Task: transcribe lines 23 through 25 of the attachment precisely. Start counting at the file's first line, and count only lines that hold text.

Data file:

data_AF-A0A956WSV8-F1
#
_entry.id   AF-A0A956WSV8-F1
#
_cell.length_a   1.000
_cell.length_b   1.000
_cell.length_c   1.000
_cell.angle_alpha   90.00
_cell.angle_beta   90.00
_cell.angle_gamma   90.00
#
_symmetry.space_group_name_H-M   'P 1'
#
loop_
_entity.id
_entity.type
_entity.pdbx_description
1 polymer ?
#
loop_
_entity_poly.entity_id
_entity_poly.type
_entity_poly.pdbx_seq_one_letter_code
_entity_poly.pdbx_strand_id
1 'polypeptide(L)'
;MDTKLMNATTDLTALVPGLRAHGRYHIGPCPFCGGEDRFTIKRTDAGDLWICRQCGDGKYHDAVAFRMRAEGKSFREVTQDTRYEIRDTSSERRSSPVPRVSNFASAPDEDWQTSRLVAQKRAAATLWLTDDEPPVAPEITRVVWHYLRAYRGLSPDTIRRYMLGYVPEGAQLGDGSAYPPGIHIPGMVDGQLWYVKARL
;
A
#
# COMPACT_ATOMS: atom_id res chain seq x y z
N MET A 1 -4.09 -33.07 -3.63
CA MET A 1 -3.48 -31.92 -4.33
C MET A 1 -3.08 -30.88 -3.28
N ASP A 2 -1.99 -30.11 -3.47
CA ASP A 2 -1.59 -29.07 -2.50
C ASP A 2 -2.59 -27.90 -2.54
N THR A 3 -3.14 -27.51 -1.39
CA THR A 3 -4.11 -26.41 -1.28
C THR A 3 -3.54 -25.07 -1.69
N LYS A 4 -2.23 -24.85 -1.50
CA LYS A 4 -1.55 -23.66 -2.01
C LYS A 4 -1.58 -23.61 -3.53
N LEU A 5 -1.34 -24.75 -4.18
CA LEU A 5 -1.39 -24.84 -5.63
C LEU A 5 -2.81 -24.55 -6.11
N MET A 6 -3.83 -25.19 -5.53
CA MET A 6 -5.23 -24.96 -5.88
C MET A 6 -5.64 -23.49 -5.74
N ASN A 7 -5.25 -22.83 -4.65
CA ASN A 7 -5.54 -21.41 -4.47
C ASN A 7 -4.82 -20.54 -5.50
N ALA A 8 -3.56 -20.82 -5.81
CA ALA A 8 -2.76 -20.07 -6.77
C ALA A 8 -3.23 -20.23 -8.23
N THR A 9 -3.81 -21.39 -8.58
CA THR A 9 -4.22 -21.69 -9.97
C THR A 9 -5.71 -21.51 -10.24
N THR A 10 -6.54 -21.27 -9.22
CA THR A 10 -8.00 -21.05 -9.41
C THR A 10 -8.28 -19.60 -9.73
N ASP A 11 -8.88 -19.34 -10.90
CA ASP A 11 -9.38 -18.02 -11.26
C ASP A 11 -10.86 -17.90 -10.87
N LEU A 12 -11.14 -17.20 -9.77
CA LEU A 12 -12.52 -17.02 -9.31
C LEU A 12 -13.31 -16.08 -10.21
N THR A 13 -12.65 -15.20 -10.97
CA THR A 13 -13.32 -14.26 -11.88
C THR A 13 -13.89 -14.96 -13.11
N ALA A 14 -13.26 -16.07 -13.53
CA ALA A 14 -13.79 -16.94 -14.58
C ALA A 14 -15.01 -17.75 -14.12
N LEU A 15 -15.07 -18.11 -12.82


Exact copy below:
_entity_poly.pdbx_seq_one_letter_code
_entity_poly.pdbx_strand_id
1 'polypeptide(L)'